The Webb Bridge Melbourne allows users to appreciate the surrounding views and activities along the river and can be used as a destination in its own right, as well as a meeting point, or simply, a place of leisurely contemplation. As an object, it appears as a delineated structure, a sensuous volume, light and linear. Space is seen as atmospheric, dynamic and transitional.
It was awarded the Australian Institute of Architects’ Joseph Reed Award for Urban Design (Victorian Architecture Awards 2005) and a National Commendation for Urban Design (2005)
The Webb Bridge Melbourne comprises two distinct sections: the existing structure (145m long) and the new curved, ramped connecting link (80m long) employed to take up level changes, creating a point of arrival at the south bank. Both are joined seamlessly, with an emphasis on volume and containment in the new curved and sinuous form.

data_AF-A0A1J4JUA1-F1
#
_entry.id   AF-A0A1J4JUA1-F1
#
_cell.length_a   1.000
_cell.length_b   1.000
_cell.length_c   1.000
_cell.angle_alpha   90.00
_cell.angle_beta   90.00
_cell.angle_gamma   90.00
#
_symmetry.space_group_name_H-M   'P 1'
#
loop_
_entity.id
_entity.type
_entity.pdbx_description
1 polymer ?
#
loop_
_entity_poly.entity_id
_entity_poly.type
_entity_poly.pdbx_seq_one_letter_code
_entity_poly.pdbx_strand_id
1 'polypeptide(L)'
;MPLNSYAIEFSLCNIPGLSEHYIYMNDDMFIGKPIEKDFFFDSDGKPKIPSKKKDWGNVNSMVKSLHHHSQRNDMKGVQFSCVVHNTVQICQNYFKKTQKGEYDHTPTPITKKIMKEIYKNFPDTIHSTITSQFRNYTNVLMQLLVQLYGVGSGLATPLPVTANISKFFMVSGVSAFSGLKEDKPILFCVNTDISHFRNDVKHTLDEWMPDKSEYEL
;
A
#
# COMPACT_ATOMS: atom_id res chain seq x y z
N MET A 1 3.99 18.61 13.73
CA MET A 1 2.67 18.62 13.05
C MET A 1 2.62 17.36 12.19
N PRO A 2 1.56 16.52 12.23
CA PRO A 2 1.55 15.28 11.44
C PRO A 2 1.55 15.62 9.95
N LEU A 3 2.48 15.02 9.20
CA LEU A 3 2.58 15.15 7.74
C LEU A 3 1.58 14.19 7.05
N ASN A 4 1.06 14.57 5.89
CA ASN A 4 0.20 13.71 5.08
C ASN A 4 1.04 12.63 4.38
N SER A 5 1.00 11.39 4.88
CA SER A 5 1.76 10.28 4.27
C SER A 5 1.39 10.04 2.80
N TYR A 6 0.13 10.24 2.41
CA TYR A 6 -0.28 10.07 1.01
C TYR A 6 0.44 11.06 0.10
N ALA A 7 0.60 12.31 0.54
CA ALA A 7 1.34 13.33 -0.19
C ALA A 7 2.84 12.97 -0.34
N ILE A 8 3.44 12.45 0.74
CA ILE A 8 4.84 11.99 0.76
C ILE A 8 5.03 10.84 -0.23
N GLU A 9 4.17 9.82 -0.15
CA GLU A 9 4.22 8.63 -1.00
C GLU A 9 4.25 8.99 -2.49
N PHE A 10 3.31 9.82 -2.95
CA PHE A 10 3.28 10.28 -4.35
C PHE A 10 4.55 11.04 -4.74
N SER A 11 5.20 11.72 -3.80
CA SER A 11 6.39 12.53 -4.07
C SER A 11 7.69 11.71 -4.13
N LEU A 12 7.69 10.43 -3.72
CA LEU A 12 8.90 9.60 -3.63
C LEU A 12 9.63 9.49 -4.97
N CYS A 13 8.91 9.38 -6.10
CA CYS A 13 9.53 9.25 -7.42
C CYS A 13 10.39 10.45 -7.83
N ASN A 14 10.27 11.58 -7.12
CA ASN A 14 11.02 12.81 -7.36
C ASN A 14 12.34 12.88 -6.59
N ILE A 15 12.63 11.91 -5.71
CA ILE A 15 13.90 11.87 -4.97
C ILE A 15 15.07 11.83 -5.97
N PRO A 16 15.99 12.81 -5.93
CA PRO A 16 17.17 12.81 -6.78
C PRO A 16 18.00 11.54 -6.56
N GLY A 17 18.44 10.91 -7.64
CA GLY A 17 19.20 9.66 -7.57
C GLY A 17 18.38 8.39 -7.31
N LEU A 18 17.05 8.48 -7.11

There are two main components to the bridge: the pigmented concrete screed deck on steel box beams and the containing baskets/ribs of circular/ovoid hoops which encircle the bridge deck. The hoops vary in width from 5 – 8.7m and in height from 4 – 8.9m high. They are constructed from steel sections 15 x 150mm, occurring at varying centres along the bridge. These are interconnected by a series of steel straps 150mm wide.
The steelwork was made in prefabricated sections and then assembled on a barge that was floated in at high tide. At the northern bank it starts as a series of plain hoops that grow further apart towards the middle of the span. As you approach the south bank, the hoops regain their intensity and evolve into a filigree cocoon. This gradation of pattern was intended to create a life, a moment in time.